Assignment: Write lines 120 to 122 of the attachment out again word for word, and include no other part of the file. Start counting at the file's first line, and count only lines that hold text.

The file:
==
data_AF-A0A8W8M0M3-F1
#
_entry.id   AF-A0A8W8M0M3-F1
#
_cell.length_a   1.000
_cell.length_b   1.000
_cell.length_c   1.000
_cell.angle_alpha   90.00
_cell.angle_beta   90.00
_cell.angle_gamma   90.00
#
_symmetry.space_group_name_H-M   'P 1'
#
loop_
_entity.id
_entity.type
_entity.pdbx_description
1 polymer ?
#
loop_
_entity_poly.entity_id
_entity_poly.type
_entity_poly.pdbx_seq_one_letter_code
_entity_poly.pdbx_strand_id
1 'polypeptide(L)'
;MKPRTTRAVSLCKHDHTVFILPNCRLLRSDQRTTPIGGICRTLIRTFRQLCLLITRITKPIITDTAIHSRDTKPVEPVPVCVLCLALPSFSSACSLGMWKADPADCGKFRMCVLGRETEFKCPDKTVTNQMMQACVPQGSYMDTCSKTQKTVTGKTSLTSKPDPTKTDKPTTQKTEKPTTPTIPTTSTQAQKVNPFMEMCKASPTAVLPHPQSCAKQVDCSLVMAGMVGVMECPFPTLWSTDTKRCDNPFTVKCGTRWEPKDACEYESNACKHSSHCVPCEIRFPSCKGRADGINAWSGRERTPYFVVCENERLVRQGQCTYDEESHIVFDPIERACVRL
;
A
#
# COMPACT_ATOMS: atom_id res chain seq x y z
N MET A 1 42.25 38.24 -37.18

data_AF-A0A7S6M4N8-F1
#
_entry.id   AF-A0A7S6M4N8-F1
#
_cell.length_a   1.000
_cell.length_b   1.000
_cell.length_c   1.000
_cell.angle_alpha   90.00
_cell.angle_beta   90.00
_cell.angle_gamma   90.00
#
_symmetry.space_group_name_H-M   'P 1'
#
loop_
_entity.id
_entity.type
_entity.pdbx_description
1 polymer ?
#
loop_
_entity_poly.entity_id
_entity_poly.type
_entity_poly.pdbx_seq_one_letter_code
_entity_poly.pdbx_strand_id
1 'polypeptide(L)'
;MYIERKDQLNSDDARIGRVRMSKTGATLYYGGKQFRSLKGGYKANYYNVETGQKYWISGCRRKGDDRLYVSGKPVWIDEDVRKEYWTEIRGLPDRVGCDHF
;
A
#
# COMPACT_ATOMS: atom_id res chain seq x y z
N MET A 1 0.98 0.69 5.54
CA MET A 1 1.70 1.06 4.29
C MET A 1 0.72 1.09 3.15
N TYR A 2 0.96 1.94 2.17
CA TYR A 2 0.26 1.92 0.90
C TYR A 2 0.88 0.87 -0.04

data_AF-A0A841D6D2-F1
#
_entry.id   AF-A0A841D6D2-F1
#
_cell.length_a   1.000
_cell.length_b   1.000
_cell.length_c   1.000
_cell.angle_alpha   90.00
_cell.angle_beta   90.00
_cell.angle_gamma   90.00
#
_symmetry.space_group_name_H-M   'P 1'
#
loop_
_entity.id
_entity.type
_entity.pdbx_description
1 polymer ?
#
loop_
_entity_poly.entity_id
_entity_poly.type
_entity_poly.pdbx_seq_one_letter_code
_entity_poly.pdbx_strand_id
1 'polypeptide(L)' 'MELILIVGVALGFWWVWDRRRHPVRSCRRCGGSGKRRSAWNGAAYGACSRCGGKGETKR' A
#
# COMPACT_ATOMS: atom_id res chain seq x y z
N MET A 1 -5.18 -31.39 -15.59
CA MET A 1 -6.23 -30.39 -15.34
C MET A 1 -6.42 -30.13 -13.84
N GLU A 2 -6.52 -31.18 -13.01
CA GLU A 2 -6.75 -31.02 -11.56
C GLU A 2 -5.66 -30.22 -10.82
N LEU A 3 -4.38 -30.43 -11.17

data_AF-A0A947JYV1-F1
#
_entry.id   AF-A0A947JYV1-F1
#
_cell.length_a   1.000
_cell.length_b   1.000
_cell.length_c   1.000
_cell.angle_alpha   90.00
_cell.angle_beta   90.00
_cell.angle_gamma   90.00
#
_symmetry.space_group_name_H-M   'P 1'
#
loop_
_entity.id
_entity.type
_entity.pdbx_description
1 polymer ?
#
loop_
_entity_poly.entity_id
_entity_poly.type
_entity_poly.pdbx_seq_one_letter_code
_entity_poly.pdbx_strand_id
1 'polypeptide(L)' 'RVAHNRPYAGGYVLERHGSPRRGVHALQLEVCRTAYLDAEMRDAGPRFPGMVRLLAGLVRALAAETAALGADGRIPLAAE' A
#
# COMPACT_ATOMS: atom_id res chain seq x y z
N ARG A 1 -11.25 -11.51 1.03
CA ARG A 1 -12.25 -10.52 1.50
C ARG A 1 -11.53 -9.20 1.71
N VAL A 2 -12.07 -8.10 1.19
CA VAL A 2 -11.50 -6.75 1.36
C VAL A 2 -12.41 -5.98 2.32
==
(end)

#
loop_
_entity_poly.entity_id